Mass. House bans ‘bump stock’ gun devices

  • Rep. David Linsky sponsored a supplemental budget amendment Wednesday banning bump stocks. SHNS photo

State House News Service
Wednesday, October 11, 2017

House lawmakers on Wednesday moved rapidly, and some critics said rashly, to ban any device that could be used to increase the rate of discharge of a firearm.

The bill’s passage came 10 days after a shooter in Las Vegas is believed to have used a “bump stock” device to rain bullets on a concert crowd and maximize casualties.

The ban on bump stocks and any other device that could be used to turn a legal gun into one capable of firing like an automatic weapon was attached to budget bill moving through the Legislature this week and needed to close out spending on the fiscal year that ended July 1.

“The only reason you own a bump stock is to increase the rate of fire of your otherwise legal semiautomatic weapon into the same rate of fire as an automatic weapon to kill people quickly and more effectively. That is the reason. That is not a legitimate reason,” said Rep. David Linsky, a Natick Democrat who filed the amendment.

The House voted 151-3 in favor of the Linsky amendment, with three Republicans — Reps. Peter Durant and Donald Berthiaume of Spencer and Nick Boldyga of Southwick — dissenting. The Senate plans to take up the full budget bill on Thursday, according to a spokesman for the Senate president.

The vote came one week after Linsky filed similar legislation in response to the Las Vegas shooting that would have also banned high-capacity magazines that carry more than 10 rounds of ammunition.

“The magazine issue is a more difficult issue and while I’m still very much committed to closing the magazine loophole we’re going to leave that debate for another day. We have an opportunity to do the bump stock legislation today. We’re going to take it,” Linsky said.

Multiple bump stocks — spring-loaded rifle modifiers used to increase the rate of fire of a weapon — were found in the Mandalay Bay hotel room of Las Vegas shooter Stephen Paddock. Law enforcement believes Paddock was able to use the bump stocks to fire thousands of rounds of ammunition into the crowd of a country music festival in the span of about 10 minutes.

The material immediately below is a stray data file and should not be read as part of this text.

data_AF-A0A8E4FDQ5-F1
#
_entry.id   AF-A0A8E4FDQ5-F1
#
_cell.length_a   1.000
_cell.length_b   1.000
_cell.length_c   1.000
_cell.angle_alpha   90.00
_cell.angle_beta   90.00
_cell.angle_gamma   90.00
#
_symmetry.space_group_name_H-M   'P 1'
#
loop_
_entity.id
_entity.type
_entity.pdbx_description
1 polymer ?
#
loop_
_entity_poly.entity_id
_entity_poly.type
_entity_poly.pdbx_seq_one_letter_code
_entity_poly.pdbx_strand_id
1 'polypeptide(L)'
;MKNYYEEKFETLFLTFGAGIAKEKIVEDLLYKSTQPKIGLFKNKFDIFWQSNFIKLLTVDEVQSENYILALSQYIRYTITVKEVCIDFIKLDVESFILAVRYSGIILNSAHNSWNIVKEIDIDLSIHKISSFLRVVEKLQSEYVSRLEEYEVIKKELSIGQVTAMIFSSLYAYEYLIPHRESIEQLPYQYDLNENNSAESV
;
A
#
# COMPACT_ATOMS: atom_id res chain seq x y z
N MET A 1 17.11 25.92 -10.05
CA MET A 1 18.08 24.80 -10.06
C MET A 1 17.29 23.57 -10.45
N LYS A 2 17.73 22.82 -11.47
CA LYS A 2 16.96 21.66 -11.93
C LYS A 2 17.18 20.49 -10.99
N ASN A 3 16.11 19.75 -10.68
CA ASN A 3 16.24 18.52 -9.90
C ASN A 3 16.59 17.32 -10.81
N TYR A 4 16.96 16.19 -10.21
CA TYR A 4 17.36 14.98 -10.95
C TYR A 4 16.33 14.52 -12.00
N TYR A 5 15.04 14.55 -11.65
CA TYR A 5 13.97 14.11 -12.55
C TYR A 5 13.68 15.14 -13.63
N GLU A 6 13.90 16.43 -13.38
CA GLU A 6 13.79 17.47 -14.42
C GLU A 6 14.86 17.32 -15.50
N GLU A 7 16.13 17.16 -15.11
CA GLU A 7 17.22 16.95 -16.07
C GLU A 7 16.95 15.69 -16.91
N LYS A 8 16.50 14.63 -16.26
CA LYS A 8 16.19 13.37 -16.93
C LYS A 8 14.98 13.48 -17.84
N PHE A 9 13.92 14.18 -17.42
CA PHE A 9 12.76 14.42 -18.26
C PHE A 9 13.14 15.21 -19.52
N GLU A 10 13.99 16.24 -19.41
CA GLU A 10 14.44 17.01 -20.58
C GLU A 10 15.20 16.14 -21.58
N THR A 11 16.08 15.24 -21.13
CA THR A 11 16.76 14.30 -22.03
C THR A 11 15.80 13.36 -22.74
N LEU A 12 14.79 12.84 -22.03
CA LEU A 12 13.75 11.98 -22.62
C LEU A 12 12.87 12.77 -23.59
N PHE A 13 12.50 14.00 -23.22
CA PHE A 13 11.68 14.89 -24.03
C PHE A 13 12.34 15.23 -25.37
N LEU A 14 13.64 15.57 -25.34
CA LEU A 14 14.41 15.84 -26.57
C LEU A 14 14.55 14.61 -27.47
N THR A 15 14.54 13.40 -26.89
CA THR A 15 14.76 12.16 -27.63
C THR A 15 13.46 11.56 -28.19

One woman from Massachusetts — Tewksbury’s Rhonda LeRocque — was killed in the shooting. Her husband Jason LeRocque plans to make the family’s first public statement on the tragedy Thursday morning at the Tewksbury Police Department ahead of a funeral and memorial service on Friday and Saturday.

The Linsky bill filed last week has not emerged for a public hearing. House Speaker Robert DeLeo indicated last week he hoped to move quickly on the issue, and House leaders decided the spending bill was a proper vehicle to attach the measure.

Asked about acting without the benefit of a public hearing, DeLeo said Wednesday that he believes he would have heard from gun owners if they had concerns after House leaders signaled their interest in moving quickly to take up the bill.

“I think it was oversight on our behalf, and because of that I think it was most important that we take it up and and that we take it up immediately and, again, show that Massachusetts is the number one state in the country in battling gun violence,” DeLeo said after a caucus with his Democratic members.

Boldyga, however, knocked Democrats on Twitter after they muscled the ban through. “After Dems ram through Gun Control they didn’t read, they refuse to stand for a vote to fund substance abuse programs. GOP reps stand,” he Tweeted.